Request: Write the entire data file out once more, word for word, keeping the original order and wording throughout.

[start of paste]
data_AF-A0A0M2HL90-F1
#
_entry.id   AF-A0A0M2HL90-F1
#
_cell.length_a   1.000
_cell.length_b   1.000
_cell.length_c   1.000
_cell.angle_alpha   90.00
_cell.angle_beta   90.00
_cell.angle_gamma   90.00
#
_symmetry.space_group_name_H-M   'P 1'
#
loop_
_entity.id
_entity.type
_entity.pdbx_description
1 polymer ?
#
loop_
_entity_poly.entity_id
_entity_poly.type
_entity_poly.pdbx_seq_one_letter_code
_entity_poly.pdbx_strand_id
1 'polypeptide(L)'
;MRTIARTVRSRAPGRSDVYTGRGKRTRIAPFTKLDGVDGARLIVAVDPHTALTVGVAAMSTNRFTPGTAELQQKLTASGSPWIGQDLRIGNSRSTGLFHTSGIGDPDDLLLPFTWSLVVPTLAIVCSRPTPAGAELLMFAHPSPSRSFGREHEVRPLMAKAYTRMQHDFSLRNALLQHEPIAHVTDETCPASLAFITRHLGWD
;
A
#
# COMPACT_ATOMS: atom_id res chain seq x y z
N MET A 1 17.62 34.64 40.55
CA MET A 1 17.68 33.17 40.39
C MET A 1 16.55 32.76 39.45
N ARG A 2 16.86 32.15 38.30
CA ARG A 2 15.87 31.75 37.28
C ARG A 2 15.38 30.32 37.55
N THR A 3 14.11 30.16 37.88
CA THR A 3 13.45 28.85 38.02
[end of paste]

data_AF-A0A0M2HL90-F1
#
_entry.id   AF-A0A0M2HL90-F1
#
_cell.length_a   1.000
_cell.length_b   1.000
_cell.length_c   1.000
_cell.angle_alpha   90.00
_cell.angle_beta   90.00
_cell.angle_gamma   90.00
#
_symmetry.space_group_name_H-M   'P 1'
#
loop_
_entity.id
_entity.type
_entity.pdbx_description
1 polymer ?
#
loop_
_entity_poly.entity_id
_entity_poly.type
_entity_poly.pdbx_seq_one_letter_code
_entity_poly.pdbx_strand_id
1 'polypeptide(L)'
;MRTIARTVRSRAPGRSDVYTGRGKRTRIAPFTKLDGVDGARLIVAVDPHTALTVGVAAMSTNRFTPGTAELQQKLTASGSPWIGQDLRIGNSRSTGLFHTSGIGDPDDLLLPFTWSLVVPTLAIVCSRPTPAGAELLMFAHPSPSRSFGREHEVRPLMAKAYTRMQHDFSLRNALLQHEPIAHVTDETCPASLAFITRHLGWD
;
A
#
# COMPACT_ATOMS: atom_id res chain seq x y z
N MET A 1 17.62 34.64 40.55
CA MET A 1 17.68 33.17 40.39
C MET A 1 16.55 32.76 39.45
N ARG A 2 16.86 32.15 38.30
CA ARG A 2 15.87 31.75 37.28
C ARG A 2 15.38 30.32 37.55
N THR A 3 14.11 30.16 37.88
CA THR A 3 13.45 28.85 38.02